For the First Time in Almost 200 Years, a Newspaper Won’t Be Printed Locally as Whig Printing Plant Closes

Rumors about Chesapeake Publishing closing down its Elkton printing plant and centralizing operations in Easton were confirmed in a story published Saturday on the Whig’s web site.  After mid-June, the daily newspaper, along with contract work, will be printed in Easton, while sales, circulation and editorial departments remain in Elkton.  “Readers and the general public will notice little, if any difference to the Whig as a result of these changes,” David Fike, the publisher, wrote.    

The printing operation at the Rising Sun Newspapers in the 1920s

 

Beyond whatever efficiencies the consolidation provides for the legacy media corporation, there  is also an economic impact on the central part of Elkton as additional jobs are lost.  For some time now the old business district has been struggling with a declining employment base, as the town works to revitalize its central area.  One of the largest losses occurred when nearly 200 county office workers moved to a new administration building on the Delaware State Line in 2008.       

In addition the closing also marks the end of a long, proud era in Cecil County newspaper publishing.  When those local presses, cameras, and mailroom operations fall silent just before summer arrives, it will mark the first time in nearly 200 years that a local newspaper hasn’t rolled off the presses in the county.  It started when a young newspaper publisher from Lancaster Pa., John McCord, arrived here to issue the Elkton Press in 1823.  He was also a printer since in those days the jobs often overlapped.  The weekly used an old hand press, and on publication day McCord and two helpers rolled up their sleeves and got ink on their hands as they toiled to get their broadsheet full of local content out to subscribers.    

As the years rolled by a number of county towns had newspapers with printing operations.  Elkton had several presses, but there were also weeklies with print shops in North East, Port Deposit and Rising Sun.  At one time around the turn of the 20th century, there were eight weeklies published locally.  As early four page products came and went, surrendering to changing politics or business conditions, two publications with resilience stood a test of time.  One, the Cecil Whig, started publishing on August 7, 1841,  The editor purchased the printing press of the Port Deposit Rock and moved it to Elkton.  The other was the Cecil Democrat, but it was merged with the Whig in the last quarter of the 20th century.   

Those pioneers at the Elkton Press, McCord and his two helpers, having arrived in the county seat, with a hand press, a font of type, and some cabinets were directly responsible for starting the information age in Cecil County, but we’ll soon close an important chapter in the history they started.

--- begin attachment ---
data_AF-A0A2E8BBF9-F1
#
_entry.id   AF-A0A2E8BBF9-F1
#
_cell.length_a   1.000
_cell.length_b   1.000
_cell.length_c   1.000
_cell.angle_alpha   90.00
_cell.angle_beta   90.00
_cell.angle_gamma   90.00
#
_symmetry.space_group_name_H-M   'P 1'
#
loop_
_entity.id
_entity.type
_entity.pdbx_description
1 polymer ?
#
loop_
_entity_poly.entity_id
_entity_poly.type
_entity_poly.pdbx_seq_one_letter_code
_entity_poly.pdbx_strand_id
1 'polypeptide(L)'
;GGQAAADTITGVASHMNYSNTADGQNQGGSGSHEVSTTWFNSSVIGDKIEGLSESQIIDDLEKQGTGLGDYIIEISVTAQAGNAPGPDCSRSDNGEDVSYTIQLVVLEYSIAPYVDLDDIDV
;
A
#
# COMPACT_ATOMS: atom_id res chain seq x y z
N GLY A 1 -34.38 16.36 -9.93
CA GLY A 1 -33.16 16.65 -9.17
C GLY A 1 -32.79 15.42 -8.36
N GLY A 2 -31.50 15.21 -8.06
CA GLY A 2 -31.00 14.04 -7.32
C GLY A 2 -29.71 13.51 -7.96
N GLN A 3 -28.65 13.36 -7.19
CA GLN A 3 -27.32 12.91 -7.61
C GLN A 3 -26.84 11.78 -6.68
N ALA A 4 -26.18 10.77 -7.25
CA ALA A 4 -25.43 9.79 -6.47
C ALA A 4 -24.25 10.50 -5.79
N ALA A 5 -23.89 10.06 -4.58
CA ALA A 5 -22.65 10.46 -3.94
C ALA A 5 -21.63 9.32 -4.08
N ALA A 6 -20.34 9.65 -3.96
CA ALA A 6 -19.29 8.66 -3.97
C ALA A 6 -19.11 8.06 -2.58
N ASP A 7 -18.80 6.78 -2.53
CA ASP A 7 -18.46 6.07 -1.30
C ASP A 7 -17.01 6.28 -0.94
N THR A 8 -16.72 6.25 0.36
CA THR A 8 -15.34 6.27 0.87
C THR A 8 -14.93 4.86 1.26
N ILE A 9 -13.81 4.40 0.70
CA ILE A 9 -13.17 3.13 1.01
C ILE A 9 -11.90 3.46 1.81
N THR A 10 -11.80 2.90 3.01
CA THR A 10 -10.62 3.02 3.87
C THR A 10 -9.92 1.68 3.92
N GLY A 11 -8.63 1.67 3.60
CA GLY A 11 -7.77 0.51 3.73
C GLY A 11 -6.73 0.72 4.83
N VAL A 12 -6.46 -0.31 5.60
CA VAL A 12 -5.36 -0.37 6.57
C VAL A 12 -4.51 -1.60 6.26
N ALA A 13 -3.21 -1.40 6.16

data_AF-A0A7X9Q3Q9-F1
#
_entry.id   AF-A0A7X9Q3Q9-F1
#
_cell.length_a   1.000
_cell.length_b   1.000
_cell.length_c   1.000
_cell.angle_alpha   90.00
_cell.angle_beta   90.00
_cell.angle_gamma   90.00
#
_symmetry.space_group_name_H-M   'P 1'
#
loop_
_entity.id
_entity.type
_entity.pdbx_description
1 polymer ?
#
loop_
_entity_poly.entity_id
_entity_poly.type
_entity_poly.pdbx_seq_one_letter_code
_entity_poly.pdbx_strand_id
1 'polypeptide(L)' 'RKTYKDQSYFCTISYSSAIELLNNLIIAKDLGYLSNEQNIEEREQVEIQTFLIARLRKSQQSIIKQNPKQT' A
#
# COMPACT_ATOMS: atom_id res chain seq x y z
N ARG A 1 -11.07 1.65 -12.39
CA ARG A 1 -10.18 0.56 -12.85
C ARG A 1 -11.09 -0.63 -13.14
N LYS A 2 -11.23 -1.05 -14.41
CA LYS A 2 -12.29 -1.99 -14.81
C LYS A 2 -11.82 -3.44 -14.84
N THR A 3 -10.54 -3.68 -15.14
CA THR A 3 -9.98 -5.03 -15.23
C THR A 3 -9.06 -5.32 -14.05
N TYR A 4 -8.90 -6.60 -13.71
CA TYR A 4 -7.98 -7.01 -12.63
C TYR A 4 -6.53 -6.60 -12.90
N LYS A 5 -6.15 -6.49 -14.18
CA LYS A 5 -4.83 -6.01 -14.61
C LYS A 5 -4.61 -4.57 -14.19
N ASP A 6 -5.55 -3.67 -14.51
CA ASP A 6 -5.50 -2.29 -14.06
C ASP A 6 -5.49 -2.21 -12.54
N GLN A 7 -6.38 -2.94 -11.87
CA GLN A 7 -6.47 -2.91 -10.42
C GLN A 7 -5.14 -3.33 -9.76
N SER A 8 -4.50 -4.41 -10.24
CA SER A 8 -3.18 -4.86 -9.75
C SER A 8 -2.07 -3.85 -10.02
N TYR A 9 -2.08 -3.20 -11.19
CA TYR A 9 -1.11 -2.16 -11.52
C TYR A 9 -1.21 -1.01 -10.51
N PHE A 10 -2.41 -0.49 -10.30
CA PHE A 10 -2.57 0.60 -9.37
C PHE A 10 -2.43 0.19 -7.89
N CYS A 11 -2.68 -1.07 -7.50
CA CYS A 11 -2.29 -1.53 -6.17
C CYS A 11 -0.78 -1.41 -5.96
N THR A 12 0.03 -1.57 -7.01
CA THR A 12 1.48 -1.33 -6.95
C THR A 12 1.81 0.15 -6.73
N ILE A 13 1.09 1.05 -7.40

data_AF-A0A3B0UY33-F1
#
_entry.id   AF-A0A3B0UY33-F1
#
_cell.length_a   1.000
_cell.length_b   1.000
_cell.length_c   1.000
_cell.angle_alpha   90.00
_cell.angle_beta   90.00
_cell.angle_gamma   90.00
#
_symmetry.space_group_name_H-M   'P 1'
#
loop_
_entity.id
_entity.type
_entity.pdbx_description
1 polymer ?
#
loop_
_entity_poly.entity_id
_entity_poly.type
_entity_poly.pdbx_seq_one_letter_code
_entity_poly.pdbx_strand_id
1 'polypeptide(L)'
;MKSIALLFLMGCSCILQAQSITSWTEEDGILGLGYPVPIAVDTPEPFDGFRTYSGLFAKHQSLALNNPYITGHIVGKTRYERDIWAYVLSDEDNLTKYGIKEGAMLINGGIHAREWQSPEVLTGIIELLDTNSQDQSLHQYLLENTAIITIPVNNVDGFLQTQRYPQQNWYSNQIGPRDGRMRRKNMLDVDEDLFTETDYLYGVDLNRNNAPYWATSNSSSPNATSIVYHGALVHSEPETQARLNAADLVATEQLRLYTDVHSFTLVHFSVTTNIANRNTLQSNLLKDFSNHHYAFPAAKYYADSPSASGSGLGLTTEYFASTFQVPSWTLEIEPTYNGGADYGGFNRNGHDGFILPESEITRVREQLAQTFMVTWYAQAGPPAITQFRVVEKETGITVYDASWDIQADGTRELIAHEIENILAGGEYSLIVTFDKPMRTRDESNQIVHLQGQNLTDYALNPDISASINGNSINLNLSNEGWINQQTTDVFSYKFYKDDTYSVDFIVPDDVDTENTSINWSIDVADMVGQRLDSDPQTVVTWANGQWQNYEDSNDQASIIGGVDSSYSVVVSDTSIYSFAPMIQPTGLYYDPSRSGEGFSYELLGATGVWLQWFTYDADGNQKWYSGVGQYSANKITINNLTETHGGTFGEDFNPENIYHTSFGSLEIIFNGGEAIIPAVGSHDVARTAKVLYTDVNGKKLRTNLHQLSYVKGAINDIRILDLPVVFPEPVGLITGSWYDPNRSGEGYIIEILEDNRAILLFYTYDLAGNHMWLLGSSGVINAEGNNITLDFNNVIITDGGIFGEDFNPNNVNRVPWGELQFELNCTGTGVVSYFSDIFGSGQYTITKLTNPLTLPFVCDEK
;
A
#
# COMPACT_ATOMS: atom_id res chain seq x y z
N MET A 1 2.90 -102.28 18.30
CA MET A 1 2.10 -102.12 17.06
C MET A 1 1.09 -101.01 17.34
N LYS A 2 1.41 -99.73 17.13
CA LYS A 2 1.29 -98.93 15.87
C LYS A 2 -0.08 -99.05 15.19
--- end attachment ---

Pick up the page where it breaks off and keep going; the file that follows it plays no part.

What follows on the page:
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5 responses to “For the First Time in Almost 200 Years, a Newspaper Won’t Be Printed Locally as Whig Printing Plant Closes

  1. I don’t know what to say. It’s stunning. I hope the people working the press area, can get their jobs back in Easton.
    I think it also means the Cecil Whig won’t be arriving as early as it does now.

  2. Thanks for putting this into historical context. Anyone who has seen a printing press in action knows that it was an awesome sight that had a kind of power to it, an excitement. Not to mention noise. The digital age has brought the long newspaper era to its final chapter, even in Cecil County. Though the presses have fallen silent at the Whig, we now have many other sources for our local news … such as someonenoticed! I do feel sorry for the many hard-working pressmen (and women) who lost their jobs. These are basically manufacturing jobs, and we all know those are never coming back.

  3. Bill, I agree. On the practical side, it’s going to take some extra time to truck those thousands of copies up from the Mid-Shore for an early morning distribution. Guess that means the Whig’s deadline will be earlier and it’ll push late breaking important evening news over to the next day. of course, anything major gets hit by broadcast media really heavily on the 11 p.m., news so everyone’s aware of the big stories.

  4. Thanks David. Also as you say it is sad to think about the loss of those good jobs. It certainly marks the end of a chapter in mass media history in Cecil County. Someone needs to put together a piece on the arrival of the digital age and social networking here so this now emerging chapter is documented. I still remember the first paper to go online with a web presence, way back in the archaic age of the web. It was in the late 1990s and it was the County Post edited by Wayne Fenstermacher. BAck then they managed to cover news in real time, things like a municipal election and a bank robbery and get it up on the web site. Now think of what’s happened as blogs give anyone the ability to broadcast stories. Don’t need any knowledge like you did when Wayne first started Cecil Co off on the Internet age.

  5. Oh BTW, this topic is generating a lot of discussion posts over on Facebook, a place where news spreads almost viraetworking program, Facebook, where the message spreads rapidly. I see another blog has now posted about it and the message has been repeated by other social networkers.

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